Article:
On Sunday, January 28th, 2001
Curt Blefary passed away.
In September 1986, The Bergen Record featured an article about Curt. It makes a fitting tribute to his life. It highlighted Curt's career in Baseball, and his struggles after his career ended. I have no information on Curt's life after this article appeared 15 years ago. I condensed the original article, omitting some of the details of his struggles after his career ended. Curt's quotes appear in red.
At the time the article was written '86, Curt was enjoying his new home in Fort Laurderdale Florida with his new wife Lanna. He sat in his study surrounded by the awards and trophies from his days as a baseball player that, until just a few months earlier, had remained in a box where they could not remind him of what had been. The thought was too painful. But now it appeared that he was reconciling the past and . . . .
'BUILDING A LIFE AFTER BASEBALL'
The Baltimore Sun
When he was a ball player, he was a celebrity. He had a private table at the Copa nightclub in New York. Don Rickles would kid him from the stage and invite him to his dressing room for drinks after the show. Everyone crowded around.
Then his career ended in 1973. He went broke. He got divorced. He drifted from tending bar to selling insurance to frying fast-food hamburgers, trying to find something that excited him - that made him feel special - like baseball. There was no such thing. He was a ball player.
"I am a damn ball player. And I will go to my grave that way."
Now he sits in his study, the awards and pictures stare at him and he stares back. He can handle it now.
Twelve and a half years of memories. They are mine and they can not be taken away from me."
"There are a lot of men walking the Earth right now who wish they were in my shoes. There are teenage kids saying, 'Please God, give me one shot.' Say what you want. I did it. I was there."
He was a ballplayer. He was a cocky kid from northern New Jersey, named by his father after Curt Davis, a pitcher for the Brooklyn Dodgers in the 40's. He broke into the big leagues with Baltimore in 1965, hit 22 home runs and was named The American Leagues' Rookie of the Year.
Curt Blefary was going places, it seemed. Goodness, what an attitude. In the minors, he already was wearing shoes with Cuban heels, like a superstar. At Elmira, in the Orioles' minor-league system, the trainer called him 'Cadillac Curt' because he trotted slowly around the bases after he hit a home run, soaking up the moment, embarrassing the pitcher.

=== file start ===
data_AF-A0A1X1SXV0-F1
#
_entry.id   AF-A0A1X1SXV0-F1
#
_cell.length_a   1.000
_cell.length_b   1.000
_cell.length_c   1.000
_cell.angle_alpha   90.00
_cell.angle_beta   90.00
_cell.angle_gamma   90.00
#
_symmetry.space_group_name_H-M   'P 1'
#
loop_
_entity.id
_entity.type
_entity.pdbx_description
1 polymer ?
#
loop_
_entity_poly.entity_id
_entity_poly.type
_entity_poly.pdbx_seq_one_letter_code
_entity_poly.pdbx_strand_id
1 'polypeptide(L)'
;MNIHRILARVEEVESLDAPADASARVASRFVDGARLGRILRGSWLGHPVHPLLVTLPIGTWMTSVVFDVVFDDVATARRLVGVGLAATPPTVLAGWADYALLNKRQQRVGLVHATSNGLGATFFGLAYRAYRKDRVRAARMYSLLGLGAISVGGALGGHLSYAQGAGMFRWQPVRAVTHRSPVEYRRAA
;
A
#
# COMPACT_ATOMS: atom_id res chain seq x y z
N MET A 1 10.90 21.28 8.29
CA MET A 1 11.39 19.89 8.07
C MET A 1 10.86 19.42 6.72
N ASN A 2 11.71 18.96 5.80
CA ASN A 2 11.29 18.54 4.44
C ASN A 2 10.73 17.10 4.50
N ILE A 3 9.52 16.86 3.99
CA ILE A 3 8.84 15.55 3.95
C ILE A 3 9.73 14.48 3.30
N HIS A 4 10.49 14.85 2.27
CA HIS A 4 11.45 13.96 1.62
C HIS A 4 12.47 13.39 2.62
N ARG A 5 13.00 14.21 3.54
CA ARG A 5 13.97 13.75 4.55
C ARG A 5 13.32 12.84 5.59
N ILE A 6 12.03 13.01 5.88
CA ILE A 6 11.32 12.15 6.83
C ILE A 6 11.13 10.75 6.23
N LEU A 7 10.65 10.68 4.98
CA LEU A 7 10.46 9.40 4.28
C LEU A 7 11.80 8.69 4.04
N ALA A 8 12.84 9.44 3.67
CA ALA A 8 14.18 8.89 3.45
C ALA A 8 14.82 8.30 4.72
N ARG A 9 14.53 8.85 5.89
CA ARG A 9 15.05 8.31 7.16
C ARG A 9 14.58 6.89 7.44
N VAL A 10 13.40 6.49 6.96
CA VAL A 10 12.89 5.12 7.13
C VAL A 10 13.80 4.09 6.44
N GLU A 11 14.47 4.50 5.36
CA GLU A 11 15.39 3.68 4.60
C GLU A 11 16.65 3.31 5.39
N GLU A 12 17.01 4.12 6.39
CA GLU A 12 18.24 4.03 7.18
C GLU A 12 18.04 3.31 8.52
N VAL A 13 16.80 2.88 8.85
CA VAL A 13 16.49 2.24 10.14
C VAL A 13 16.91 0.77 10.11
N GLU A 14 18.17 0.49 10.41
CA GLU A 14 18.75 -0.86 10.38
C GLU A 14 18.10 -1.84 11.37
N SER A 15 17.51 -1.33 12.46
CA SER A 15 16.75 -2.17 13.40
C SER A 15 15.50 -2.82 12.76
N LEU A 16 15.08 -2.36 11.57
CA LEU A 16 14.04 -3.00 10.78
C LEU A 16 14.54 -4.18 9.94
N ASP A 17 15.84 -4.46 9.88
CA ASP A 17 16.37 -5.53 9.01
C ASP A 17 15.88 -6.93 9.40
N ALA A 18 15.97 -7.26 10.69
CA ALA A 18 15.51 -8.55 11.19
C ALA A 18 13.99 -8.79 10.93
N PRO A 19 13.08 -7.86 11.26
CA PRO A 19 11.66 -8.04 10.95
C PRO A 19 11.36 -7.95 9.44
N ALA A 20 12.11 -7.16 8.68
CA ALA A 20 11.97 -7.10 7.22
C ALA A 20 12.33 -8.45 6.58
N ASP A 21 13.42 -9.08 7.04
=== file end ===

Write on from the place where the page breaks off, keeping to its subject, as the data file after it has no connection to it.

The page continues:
When the Orioles sent him to the minors in he spriNg of 1964, he said "Nothing depresses me; I will be back."
And he was. The next spring he ripped the ball all over Miami Stadium, then ripped Hank Baurer, the Orioles manger, for not playing him enough. Later he apologized.
"Sometimes my mouth would get into gear before my brain was engaged. I did not get to the big leagues being shy. I got the attitude from my father. He said, 'Do not even try to make it son, unless you really believe you are the best. Otherwise you are going to be heart broken.'"
Blefary's heart did not brake. In 1966, he hit 23 home runs, helping the Orioles to a World Series championship with his bat and his attitude.
Says Frank Robinson: "He was amazing. He would wait at the plate for his pitch, and refused to swing at anything else. Drove me crazy. He would wait for his pitch and hit it."
In eight seasons Curt had 112 home runs and 382 runs batted in. But when teams discovered he hit poorly against left-handed pitchers, he was in trouble. His batting average never exceeded .260 and his power declined. He played part time instead of regularly, which drove him crazy. "I had to play every day or I was mad."
He was angry a lot. Ultimately, he was traded four times and out of baseball by 1973. He was 29 and certain that he still could play, but no one wanted him. Quickly his life began to disintegrate.
Finely, after starting over eight times in eight years, after busting heads in a sheriff's uniform and a bartenders apron, after frying Big Macs and selling insurance and cars and himself to the few who would listen, Blefary had a place to go in the morning and a home to go to in the evenings. Finally.
"I feel like I have everything. Just look around. I am not wanting for anything. I have a beautiful wife, a nice car, a prestiges position. Everything is great. But, you know, I still miss baseball."
"Evidently, I did something to somebody during my career, because there is no way a 29 year old, left-handed-hitting catcher cannot hook up with someone, not even in Japan. No one has ever told me what it was. For me to be through then was ridiculous. I had 10 years left. I have never known what happened."
"There are several things I can touch on, I was very outspoken. I let my mouth get me into trouble even though I knew I was right. There might be times when you have been partying too much and someone sees you and puts a label on you. It could have been different things. No one will tell me. But now, I really don't care."
"I consider myself a God fearing man who loves his wife and family, and I don't care what people think of me."
"If I died tonight, I would be happy."
"Of course, I still would like to be in baseball in some capacity, but what am I going to do?"
"I always held out hope for a miracle. For some firm or ball-club to say 'Hey, he made a few mistakes, but look at his record. In Baltimore especially, there are people who still would give the shirts off their backs by him. He was a good person. He never treated the little people badly.' I always hoped that someone would see the inside of Curt and give him a second shot. The world would be a pretty crummy place without second chances."
"It's all water under the bridge, to get back after this long, you have to have a rabbi, someone who watches out for you. I guess I did not have one."